Probability Seminar Essen

Probability Seminar Essen

Covers a wide range of topics in Probability and its applications.

Current Schedule for the Summer Semester 2017

Previous Semesters

April 25 Sandra Kliem (Universität Duisburg-Essen)
May 3 Barbara Gentz (Universität Bielefeld)
May 9 Anton Klimovsky Universität Duisburg-Essen)
May 16

Tsiry Randrianasolo (Montan University Leoben, Austria)

May 23 Zakhar Kabluchko (Westfälische Wilhelms-Universität Münster)
May 30 Sander Dommers (Ruhr-Universität Bochum)
June 13 Airam Blancas Benítez (Goethe-Universität Frankfurt am Main)
June 20 Gabriel Hernán Berzunza Ojeda (Georg-August-Universität Göttingen)
June 27 Stein Andreas Bethuelsen (Technische Universität München)
July 4 Vladimir V. Ulyanov (Moscow State University)
Vladimir Panov (Higher School of Economics)
July 5 Nina Gantert (Technische Universität München)
July 11 Manfred Opper (Technische Universität Berlin)
July 18 Oleg Butkovsky (Technische Universität Berlin)
July 25 Stephan Gufler (Goethe-Universität Frankfurt am Main)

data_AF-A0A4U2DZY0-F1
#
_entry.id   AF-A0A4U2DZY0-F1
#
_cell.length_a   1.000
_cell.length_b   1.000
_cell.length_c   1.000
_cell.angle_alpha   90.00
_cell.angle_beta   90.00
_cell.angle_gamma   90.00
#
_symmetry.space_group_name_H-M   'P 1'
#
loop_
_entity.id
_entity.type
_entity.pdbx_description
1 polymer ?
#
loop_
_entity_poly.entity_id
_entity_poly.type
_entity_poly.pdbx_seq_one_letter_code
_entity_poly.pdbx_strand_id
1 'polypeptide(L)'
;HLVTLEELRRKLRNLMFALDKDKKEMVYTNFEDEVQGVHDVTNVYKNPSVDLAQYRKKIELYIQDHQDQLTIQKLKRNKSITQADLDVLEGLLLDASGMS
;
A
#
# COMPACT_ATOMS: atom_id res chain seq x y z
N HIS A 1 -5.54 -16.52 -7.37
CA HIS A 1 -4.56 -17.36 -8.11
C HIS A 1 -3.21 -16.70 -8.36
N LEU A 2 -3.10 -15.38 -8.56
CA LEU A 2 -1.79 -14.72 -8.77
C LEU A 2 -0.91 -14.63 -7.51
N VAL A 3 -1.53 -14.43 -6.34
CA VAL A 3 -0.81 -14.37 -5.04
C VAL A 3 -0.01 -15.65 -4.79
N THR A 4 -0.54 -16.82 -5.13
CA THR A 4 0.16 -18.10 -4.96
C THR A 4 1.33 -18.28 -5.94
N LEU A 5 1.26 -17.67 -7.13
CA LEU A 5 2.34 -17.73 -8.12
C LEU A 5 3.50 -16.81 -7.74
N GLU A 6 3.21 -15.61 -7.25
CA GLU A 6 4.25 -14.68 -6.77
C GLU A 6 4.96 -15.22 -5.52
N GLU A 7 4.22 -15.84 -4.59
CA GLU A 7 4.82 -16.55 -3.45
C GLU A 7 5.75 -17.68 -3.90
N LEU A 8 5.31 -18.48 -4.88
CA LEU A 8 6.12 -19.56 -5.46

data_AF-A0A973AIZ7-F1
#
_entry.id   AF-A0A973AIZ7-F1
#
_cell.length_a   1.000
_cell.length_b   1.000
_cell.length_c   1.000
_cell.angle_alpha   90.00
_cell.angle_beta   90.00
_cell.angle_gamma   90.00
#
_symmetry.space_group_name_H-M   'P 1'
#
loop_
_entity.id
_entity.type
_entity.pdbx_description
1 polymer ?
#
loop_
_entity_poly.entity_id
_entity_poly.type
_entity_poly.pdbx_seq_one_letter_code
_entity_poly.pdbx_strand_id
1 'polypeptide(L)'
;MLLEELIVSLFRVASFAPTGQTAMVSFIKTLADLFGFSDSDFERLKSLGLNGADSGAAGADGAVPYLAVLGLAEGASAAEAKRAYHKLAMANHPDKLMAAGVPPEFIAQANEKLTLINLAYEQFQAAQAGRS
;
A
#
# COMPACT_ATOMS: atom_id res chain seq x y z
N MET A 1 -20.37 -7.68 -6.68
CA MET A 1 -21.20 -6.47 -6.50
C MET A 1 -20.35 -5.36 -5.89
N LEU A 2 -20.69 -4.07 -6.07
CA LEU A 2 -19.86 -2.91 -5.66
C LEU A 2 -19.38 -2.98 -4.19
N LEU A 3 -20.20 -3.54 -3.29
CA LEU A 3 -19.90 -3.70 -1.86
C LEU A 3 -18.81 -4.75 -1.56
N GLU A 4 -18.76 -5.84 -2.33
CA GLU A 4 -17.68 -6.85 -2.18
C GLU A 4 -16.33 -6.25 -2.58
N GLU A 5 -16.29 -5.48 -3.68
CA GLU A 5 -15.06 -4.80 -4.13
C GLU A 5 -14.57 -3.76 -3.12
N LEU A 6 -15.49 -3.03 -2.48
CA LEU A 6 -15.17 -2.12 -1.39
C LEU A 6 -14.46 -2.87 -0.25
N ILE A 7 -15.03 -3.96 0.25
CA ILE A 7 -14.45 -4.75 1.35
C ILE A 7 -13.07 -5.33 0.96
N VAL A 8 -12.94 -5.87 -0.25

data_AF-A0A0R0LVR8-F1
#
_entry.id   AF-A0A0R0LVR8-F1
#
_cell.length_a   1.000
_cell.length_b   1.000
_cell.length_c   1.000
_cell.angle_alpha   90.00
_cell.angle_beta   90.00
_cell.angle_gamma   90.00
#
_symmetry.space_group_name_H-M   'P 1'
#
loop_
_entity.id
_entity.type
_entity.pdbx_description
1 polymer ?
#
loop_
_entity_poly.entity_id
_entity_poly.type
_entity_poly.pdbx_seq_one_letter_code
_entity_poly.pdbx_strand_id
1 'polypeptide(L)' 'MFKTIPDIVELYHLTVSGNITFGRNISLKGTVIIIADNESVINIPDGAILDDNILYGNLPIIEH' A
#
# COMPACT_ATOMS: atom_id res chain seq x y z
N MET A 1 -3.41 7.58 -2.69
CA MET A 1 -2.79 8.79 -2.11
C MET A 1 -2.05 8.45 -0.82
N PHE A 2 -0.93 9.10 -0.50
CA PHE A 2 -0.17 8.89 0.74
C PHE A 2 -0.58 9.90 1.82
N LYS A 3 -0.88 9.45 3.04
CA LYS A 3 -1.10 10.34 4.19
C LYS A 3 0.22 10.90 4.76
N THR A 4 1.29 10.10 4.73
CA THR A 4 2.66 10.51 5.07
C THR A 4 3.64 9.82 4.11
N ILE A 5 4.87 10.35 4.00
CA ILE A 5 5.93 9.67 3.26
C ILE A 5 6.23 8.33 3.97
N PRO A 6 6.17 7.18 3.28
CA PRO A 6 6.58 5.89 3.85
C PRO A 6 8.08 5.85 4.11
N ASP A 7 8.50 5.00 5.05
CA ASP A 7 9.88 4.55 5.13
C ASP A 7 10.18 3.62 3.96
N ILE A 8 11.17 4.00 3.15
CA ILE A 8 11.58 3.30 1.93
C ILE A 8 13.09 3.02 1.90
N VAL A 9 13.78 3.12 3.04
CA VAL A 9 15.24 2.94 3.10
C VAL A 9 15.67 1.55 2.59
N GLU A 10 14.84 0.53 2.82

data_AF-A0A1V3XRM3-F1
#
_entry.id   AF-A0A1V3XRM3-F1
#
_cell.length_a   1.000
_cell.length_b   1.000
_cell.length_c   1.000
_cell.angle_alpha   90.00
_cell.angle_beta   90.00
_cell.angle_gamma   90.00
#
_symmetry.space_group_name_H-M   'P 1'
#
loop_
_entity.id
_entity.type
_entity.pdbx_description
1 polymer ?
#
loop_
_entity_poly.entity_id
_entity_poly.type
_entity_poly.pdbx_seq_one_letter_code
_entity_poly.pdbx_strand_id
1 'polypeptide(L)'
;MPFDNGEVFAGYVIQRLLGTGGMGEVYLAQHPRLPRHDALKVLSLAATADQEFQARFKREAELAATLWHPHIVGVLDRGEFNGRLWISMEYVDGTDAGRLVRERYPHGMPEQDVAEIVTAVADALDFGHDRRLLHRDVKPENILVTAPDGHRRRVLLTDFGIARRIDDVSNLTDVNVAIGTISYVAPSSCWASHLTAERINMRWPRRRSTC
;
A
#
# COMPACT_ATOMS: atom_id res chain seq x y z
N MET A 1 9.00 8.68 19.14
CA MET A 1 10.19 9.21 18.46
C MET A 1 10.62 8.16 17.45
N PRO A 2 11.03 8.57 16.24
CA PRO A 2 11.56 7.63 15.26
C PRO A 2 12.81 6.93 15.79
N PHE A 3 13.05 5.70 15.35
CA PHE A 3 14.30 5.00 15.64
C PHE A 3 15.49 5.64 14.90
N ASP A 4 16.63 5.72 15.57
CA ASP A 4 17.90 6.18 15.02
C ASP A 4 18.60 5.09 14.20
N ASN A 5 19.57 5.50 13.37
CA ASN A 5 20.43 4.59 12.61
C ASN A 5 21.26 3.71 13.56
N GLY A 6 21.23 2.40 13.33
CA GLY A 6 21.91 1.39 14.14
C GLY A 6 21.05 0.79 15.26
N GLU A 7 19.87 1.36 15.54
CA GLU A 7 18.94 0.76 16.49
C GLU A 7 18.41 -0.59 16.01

In red are non-standard times/locations

Winter Semester 2016/17

April 25 Sandra Kliem (Universität Duisburg-Essen)

Travelling wave solutions to the KPP equation with branching noise

The one-dimensional KPP-equation driven by space-time white noise, $$ \partial_t u = \partial_{xx} u + \theta u - u^2 + u^{\frac{1}{2}} dW, \qquad t>0, x \in \mathbb{R}, \theta>0, \qquad \qquad u(0,x) = u_0(x) \geq 0 $$ is a stochastic partial differential equation (SPDE) that exhibits a phase transition for initial non-negative finite-mass conditions. This SPDE arises for instance as the high density limit of particle systems which undergo branching random walks and allow for extra death due to overcrowding.

If $\theta$ is below a critical value $\theta_c$, solutions die out to $0$ in finite time, almost surely. Above this critical value, the probability of (global) survival is strictly positive. Let $\theta>\theta_c$. For initial conditions that are ‘’uniformly distributed in space’’, a complete convergence result holds, that is, the corresponding solutions are all in the domain of attraction of a unique non-zero stationary distribution. What can be said for solutions with finite initial mass if we condition on their survival?